Atmospheric moisture as a promising source of renewable energy
Due to climate change, not only scientists, but also politicians are concerned about the study of renewable energy sources. In addition to the development of solar panels, wind turbines, hydroelectric dams and geothermal wells, researchers are also looking for new promising sources. In recent years, there have been developments related to the generation of energy through atmospheric moisture..
Energy from the air
Water has many special properties, including the transfer of electric charge when molecules collide with each other and the creation of a kind of static electricity due to their friction.
We have all observed powerful bursts of energy during a thunderstorm in the form of lightning, which are formed only due to water in its different phases. The cloud formation process clearly demonstrates how, in about 20 minutes, atmospheric moisture and raindrops can generate huge electrical discharges of several kilometers..
Harnessing the energy released in this way is very difficult, and capturing it would require the installation of a huge number of rods with the appropriate infrastructure. The efficiency and productivity of such systems would depend only on the whims of nature..
However, back in the 19th century, English physicist Michael Faraday discovered that water droplets can also charge metal surfaces as a result of friction between them. What’s more, recent research has shown that some metals spontaneously build up an electrical charge when exposed to moisture..
We are accustomed to the fact that static electricity occurs in dry air, for example, when a doorknob is shocked. Water is usually considered a good conductor, not something that can build up a charge on the surface. However, things change when the relative humidity exceeds a certain threshold, according to the researchers..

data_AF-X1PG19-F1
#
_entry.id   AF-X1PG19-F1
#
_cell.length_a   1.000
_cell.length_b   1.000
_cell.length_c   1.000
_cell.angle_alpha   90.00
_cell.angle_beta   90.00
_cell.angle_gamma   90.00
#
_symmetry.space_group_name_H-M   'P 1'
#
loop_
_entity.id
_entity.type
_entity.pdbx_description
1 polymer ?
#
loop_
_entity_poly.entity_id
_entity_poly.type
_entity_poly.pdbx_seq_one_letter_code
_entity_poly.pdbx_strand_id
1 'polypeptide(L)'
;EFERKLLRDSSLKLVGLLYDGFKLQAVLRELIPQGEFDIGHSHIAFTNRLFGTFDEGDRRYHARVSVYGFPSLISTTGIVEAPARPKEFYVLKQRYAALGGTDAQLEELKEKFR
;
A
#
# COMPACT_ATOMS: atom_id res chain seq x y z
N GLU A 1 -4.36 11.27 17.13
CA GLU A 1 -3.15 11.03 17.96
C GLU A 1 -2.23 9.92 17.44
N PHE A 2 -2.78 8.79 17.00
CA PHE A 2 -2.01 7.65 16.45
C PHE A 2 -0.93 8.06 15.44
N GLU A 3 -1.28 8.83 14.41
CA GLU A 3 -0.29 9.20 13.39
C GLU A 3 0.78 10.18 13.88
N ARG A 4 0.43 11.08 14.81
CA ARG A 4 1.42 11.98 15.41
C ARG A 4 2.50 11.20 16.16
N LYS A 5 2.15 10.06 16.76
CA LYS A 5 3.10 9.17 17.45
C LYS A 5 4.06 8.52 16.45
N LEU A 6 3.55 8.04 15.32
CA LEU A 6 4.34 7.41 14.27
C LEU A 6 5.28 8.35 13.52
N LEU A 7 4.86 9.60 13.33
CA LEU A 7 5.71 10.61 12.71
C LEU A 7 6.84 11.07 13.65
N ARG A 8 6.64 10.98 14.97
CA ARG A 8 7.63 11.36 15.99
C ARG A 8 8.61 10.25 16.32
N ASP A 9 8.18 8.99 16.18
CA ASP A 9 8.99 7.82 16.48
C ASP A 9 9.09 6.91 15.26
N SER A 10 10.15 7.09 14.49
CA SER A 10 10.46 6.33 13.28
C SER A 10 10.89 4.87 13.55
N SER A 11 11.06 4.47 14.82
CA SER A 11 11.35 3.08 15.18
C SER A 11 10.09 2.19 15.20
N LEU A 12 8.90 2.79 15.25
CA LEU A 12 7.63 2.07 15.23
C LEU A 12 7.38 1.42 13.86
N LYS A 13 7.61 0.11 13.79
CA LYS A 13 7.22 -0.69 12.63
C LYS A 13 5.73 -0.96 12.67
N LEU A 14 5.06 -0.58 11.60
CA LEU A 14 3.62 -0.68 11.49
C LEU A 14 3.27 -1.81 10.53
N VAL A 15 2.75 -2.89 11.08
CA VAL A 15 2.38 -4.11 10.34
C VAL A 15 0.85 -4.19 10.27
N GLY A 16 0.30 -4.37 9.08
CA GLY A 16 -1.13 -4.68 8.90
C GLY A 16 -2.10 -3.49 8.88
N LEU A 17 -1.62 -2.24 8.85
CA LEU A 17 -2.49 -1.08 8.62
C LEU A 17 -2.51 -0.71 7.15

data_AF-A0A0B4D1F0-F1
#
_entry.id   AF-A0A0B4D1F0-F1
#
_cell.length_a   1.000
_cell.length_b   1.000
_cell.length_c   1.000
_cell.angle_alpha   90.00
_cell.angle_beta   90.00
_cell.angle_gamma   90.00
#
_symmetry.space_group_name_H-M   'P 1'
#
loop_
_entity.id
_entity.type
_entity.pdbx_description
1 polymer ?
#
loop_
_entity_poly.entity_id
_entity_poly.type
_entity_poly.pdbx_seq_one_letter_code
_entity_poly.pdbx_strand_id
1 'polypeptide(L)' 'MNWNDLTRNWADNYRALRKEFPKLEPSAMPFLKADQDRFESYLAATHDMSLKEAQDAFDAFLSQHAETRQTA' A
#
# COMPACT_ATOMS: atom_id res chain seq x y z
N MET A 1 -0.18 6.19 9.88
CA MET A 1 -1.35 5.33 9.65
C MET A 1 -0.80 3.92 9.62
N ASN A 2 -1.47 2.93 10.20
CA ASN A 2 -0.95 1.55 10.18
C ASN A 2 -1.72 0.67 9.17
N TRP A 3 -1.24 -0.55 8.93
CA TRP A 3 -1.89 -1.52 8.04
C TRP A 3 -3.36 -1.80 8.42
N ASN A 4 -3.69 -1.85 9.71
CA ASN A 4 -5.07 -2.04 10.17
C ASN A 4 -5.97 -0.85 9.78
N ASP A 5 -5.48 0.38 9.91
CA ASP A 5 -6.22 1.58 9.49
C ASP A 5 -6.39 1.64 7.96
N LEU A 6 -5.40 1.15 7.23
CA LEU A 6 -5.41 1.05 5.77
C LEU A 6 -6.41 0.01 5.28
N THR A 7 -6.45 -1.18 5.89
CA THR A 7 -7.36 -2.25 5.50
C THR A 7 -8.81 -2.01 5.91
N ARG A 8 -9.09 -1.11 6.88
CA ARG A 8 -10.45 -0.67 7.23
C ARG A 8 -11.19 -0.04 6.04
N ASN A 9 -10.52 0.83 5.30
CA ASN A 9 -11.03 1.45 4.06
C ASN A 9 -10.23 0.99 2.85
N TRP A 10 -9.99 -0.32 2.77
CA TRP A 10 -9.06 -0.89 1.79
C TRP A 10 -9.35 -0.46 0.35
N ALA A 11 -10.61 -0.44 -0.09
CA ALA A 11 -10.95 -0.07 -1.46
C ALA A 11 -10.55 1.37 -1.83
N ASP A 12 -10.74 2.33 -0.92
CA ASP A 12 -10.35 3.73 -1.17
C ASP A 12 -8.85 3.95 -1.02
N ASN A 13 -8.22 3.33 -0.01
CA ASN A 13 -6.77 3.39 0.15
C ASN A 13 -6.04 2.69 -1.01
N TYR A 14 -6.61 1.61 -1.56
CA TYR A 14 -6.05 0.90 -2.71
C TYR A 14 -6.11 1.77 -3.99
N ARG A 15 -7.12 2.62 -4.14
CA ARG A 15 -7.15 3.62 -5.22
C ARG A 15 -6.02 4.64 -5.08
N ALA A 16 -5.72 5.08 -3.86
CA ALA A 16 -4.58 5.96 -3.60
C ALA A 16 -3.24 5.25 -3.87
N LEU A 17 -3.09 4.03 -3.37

In the course of experiments, scientists from Tel Aviv University found that in dry air conditions, the voltage between two metal surfaces (one of which is grounded) is completely absent, but when the humidity level rises above 60%, a potential difference arises between the insulated metals. They observed this in the laboratory and in the natural environment..
Subsequent measurements showed that moist air can serve as a source of charging surfaces to a voltage of about one volt. In comparison, current small AA batteries have a nominal voltage of 1.2 V to 1.6 V. So scientists have already begun to develop special batteries that can be charged by moisture in the air..
In the long term, the development of this technology can lead to an expansion of the list of renewable energy sources used by mankind. However, such systems will work most effectively in regions with a tropical climate..
A team of researchers from the University of Massachusetts Amherst recently unveiled their own development related to the extraction of energy from atmospheric moisture. Their device is an air generator with electrically conductive protein nanowires, which does not need special environmental conditions, can work around the clock and even indoors. Scientists named their system Air-gen.
The main element of the generator is a thin film less than 10 microns thick, located between two electrodes. In this case, the upper electrode only partially covers its surface..
The principle of operation of the device is based on the fact that the film adsorbs water vapor from the atmosphere, and then, due to the chemical composition and surface structure, generates an electric current between two electrodes..
The existing prototype can only power small electronics, but it can function even in the desert. In the future, the development team plans to create large-scale systems for industrial needs.
text: Ilya Bauer, photo: ccacoalition, Shutterstock